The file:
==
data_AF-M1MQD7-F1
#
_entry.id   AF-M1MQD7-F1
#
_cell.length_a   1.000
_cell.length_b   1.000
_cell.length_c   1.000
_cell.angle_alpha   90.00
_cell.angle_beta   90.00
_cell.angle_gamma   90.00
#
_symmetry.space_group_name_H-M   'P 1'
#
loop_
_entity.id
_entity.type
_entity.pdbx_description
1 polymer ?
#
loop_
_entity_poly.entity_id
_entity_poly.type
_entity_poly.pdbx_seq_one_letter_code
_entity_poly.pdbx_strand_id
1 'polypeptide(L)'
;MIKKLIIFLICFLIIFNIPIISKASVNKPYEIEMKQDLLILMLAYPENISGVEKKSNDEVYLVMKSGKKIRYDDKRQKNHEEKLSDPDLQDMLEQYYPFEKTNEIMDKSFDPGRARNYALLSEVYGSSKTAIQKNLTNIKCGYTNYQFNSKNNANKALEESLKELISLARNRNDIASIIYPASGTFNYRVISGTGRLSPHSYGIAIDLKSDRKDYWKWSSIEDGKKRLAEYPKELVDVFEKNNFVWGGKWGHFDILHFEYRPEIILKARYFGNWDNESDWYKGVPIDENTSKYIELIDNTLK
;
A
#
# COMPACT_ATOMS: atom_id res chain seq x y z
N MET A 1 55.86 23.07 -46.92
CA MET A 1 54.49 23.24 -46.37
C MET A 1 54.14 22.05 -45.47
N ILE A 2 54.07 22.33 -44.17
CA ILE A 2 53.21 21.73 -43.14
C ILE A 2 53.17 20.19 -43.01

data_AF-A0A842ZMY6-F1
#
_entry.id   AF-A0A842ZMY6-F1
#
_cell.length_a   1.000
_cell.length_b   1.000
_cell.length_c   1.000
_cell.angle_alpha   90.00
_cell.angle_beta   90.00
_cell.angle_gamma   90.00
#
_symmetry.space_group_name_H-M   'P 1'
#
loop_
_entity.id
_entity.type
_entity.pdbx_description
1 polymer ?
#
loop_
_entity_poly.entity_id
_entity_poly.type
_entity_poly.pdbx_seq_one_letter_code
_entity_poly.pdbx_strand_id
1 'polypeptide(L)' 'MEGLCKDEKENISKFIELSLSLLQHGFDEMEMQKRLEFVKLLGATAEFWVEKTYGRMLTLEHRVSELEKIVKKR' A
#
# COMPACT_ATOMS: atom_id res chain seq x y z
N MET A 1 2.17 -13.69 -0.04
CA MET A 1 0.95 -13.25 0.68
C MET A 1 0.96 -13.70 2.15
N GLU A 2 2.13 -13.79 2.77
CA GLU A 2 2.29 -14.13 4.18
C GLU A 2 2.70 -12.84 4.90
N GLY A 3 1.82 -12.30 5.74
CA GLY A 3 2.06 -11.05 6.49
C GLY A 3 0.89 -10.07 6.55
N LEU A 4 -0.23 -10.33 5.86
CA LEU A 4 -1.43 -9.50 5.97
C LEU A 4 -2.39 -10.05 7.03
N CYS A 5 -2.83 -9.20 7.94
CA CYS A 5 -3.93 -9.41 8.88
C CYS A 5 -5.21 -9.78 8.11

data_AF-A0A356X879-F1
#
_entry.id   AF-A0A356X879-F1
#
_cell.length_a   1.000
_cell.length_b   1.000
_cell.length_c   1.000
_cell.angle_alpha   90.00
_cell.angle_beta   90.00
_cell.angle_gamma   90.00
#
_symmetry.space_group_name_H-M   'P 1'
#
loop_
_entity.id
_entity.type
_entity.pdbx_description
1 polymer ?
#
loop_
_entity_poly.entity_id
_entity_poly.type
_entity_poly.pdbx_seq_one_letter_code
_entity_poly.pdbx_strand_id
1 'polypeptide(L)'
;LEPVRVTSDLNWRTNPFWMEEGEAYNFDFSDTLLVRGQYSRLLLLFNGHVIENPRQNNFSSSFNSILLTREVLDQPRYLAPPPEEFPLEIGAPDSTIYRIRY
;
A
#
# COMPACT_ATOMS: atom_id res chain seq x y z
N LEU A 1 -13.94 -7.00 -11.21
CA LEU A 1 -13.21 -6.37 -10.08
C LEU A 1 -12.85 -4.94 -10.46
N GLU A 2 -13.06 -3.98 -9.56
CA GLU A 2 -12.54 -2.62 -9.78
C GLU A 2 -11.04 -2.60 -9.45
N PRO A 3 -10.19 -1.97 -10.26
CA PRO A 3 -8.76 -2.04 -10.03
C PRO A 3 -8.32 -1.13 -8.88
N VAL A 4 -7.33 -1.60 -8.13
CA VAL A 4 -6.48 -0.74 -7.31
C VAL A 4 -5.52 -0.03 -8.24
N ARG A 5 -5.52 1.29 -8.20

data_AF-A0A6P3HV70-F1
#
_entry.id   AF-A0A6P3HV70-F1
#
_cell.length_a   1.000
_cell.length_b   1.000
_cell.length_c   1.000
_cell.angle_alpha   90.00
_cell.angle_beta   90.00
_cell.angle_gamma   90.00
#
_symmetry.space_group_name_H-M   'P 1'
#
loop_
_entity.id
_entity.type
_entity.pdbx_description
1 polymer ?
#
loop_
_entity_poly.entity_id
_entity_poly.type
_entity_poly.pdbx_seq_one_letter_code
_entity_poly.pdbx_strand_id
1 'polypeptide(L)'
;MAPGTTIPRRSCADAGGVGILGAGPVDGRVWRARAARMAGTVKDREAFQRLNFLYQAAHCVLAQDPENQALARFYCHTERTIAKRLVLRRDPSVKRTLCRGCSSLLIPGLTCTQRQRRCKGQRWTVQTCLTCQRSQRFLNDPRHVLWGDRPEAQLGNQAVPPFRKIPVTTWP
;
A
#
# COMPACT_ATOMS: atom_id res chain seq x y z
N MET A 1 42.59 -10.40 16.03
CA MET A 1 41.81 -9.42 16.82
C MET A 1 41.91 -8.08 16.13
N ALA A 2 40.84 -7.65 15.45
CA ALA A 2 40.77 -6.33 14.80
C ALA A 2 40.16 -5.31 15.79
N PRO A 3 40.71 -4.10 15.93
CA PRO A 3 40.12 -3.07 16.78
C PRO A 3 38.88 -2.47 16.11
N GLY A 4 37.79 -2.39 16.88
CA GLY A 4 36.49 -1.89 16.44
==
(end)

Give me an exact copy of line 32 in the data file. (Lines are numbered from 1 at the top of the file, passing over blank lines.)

CA MET A 1 54.49 23.24 -46.37